November, 2005: Simon the Zealot

We continue our series on the lesser-known Apostles with Simon the Zealot. It appears that he was born in Cana in Galilee. He received the attribution of “Zealot”, distinguishing him from Simon Peter. The term “zealot” was either due to his Canaanite origin, which means zealot in Aramaic, or for his passionate pursuit of Christ. Tradition says that he was the bridegroom at the wedding where Jesus performed his first miracle. After the witnessing the water being turned into wine, he became a zealous follower of Christ.

Simon the Zealot was with the others who received the Holy Spirit on the day of Pentecost. From there, traditions vary. There are some accounts which have him traveling from Britain to the Black Sea. Other strands put him in Egypt and Mesopotamia. His death is similarly ambiguous: some say he was crucified in Samaria; others say he was sawn in half in Suanir, Persia; still others write that he was martyred at Weriosphora in Iberia.

What can we make of what little we know? Changing water into wine is among the most famous of Jesus’ miracles – non-believers enjoy the imagery of a partying Jesus – but it hardly ranks as the most spiritually inspiring. It is not a healing; it is not an exorcism, it is not even on par with raising Lazarus from the dead.

It is an interesting miracle because it took place in the midst of a time devoted to something else. John reports that the miracle took place after the third day of a wedding celebration. Weddings often took more than a week, the longer time depending upon the wealth of the family involved. Here, the family’s wine had run out; an embarrassment to them. Jesus’ action was known only to the servants and, ultimately, to the bridegroom who was pulled aside and told, “Everyone brings out the choice wine first and then the cheaper wine after the guests have had too much to drink; but you have saved the best till now.” Thus, the bridegroom learns of the miracle that has been done. His eyes were open to understand the significance of what took place in the midst of the ordinary. He was blessed with eyes to see and a heart ready to receive what God was doing.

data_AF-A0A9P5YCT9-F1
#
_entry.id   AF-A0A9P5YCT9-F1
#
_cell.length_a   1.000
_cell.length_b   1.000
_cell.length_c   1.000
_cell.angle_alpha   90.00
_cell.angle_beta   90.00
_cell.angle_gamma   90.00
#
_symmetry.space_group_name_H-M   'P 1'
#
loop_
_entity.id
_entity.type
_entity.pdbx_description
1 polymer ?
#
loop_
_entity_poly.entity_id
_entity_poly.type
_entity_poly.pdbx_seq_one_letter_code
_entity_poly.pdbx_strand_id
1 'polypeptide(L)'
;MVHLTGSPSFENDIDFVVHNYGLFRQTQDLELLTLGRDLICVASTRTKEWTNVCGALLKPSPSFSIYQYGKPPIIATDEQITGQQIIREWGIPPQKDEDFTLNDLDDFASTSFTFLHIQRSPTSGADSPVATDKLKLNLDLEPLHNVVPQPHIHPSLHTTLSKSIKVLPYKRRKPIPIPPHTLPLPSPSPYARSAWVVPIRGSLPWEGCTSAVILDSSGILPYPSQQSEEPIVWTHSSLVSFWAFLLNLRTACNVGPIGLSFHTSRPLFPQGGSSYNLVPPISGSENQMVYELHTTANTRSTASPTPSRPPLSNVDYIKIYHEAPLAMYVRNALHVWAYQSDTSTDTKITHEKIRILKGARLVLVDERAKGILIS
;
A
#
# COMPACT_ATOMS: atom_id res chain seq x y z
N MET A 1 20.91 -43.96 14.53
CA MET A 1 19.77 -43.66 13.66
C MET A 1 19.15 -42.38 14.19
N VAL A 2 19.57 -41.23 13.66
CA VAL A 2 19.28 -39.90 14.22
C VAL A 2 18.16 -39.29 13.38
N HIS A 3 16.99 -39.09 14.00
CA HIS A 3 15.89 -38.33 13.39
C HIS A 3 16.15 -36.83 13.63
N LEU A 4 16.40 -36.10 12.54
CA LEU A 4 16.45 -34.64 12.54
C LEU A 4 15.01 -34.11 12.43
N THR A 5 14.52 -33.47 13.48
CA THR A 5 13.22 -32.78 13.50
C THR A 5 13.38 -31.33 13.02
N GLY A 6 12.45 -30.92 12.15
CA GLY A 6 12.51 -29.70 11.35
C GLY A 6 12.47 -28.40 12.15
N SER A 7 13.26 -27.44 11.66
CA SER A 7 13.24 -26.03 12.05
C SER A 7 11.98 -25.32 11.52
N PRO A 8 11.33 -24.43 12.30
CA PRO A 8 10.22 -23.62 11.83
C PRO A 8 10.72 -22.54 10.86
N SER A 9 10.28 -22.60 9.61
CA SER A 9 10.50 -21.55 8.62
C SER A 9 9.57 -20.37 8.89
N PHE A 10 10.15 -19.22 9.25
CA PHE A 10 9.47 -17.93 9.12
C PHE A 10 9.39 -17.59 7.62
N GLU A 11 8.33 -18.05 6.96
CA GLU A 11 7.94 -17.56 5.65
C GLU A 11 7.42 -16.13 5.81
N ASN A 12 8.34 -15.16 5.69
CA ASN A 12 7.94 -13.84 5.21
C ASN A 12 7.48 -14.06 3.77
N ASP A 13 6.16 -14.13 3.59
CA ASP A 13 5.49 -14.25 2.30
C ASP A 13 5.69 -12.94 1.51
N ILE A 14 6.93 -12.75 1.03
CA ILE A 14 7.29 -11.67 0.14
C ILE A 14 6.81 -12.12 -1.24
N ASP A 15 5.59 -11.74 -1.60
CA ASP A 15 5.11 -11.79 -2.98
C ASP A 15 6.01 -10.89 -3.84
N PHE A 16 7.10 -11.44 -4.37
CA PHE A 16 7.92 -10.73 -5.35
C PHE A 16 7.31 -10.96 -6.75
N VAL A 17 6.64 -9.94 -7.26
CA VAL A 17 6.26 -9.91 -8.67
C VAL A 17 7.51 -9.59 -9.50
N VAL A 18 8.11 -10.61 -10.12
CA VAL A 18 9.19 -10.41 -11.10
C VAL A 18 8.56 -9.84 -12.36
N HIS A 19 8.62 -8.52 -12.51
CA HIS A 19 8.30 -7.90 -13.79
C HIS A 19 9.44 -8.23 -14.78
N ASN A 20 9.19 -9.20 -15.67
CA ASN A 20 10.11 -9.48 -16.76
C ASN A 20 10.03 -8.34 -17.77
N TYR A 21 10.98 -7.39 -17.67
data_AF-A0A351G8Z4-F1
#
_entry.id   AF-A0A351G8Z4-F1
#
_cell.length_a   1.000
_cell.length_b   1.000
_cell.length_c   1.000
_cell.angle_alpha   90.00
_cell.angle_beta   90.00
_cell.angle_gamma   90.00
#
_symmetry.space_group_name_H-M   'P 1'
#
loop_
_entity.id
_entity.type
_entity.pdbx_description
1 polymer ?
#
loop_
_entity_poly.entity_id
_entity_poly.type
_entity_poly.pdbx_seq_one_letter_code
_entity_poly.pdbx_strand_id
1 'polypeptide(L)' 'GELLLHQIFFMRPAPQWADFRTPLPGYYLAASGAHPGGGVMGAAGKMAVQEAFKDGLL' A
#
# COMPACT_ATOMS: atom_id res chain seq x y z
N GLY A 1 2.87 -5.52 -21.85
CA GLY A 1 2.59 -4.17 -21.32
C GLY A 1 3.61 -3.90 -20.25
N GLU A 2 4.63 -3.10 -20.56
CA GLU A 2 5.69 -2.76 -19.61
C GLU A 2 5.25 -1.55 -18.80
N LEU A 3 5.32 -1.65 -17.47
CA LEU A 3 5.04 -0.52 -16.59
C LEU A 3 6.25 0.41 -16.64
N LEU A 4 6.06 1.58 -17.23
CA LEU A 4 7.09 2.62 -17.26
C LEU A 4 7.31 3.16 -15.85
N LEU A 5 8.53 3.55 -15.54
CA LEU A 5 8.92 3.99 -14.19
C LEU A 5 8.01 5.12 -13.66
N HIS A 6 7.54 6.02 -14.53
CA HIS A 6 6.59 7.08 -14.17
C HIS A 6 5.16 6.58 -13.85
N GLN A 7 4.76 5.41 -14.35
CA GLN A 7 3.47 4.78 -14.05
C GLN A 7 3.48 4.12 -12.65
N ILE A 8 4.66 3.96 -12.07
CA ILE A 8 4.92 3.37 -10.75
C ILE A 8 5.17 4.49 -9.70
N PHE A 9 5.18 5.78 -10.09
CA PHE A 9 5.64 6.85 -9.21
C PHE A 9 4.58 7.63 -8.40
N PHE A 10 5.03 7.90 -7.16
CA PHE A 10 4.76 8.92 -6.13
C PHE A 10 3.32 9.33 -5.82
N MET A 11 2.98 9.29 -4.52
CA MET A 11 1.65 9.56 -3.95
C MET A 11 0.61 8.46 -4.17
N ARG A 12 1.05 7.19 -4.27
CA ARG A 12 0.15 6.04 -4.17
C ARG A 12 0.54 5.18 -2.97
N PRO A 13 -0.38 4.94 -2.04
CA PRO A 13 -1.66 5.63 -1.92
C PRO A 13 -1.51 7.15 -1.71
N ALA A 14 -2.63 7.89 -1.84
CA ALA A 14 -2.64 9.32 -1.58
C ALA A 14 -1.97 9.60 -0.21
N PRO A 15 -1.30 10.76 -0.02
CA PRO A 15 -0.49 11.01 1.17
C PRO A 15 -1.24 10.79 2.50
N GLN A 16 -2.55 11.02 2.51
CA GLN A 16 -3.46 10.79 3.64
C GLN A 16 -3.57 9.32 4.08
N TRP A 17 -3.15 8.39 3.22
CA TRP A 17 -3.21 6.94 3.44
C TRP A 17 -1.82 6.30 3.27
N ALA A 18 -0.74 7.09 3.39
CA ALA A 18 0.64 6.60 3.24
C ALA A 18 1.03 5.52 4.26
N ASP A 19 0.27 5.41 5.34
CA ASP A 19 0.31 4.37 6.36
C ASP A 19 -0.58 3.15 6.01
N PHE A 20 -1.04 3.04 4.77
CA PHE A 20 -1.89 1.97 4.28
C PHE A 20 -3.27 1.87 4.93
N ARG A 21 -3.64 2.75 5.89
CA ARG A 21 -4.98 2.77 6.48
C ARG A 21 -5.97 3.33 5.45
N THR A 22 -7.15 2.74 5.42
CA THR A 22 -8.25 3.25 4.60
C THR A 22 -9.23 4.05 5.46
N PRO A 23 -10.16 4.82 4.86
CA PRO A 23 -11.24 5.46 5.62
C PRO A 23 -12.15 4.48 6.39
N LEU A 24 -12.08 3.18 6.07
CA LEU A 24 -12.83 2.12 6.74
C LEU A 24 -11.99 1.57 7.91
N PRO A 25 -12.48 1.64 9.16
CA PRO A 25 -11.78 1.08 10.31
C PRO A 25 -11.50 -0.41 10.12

Awareness of what God is doing is a good thing. It is not easy to do. If you remember the old transistor radios, you remember how much work it took to keep a station tuned in. Particularly after sunset. I remember growing up on the East Coast trying to listen to Phillies games on the West Coast. I would keep the handheld transistor under my pillow with the sound just loud enough to penetrate. The problem was that one little nudge of the dial up or down and suddenly I was listening to static. I spent more time struggling to fine-tune the station than actually hearing the action being reported. The irony was that – sometimes – if I just sat still and waited, the signal would find the radio. It brings a smile to my face just thinking about it.

For many Christians, the struggle with the transistor radio can be a frustratingly realistic portrayal of discipleship. Studying the Word, praying, coming to church each Sunday; always hoping that God will suddenly break in through the static and issue the clarion call to action. Sometimes, the call comes in a form we are not anticipating. Sometimes, it comes in a form we do not recognize. Sometimes, it comes in the form of something so ordinary and obvious that we are caught overlooking it. Sometimes, we have to sit and wait for God’s signal to find us. Sometimes, we simply have to remember what God has already done to remember the joy we have already received. 

Upon realizing what Jesus had done, Simon the Zealot became an ardent follower and disciple. Even this ordinary miracle had extraordinary consequences. It is worth noting that Simon did not actually see the miracle. He heard from others what had happened and shared in the joy of the result. Simon’s life was transformed.

Likewise, we did not actually see the crucifixion and resurrection. We have heard from others what happened and share in the joy of the result of what God has done. Our lives have been transformed; we, too, can be lead the example of Simon’s passionate (yes, zealous) following of Jesus. Our passion is not diminished by time. Simon had good news to share. We have good news to share. 

May God bless each of us with renewed passion for sharing the good news of salvation through Jesus Christ as we remember what God has already done for us.

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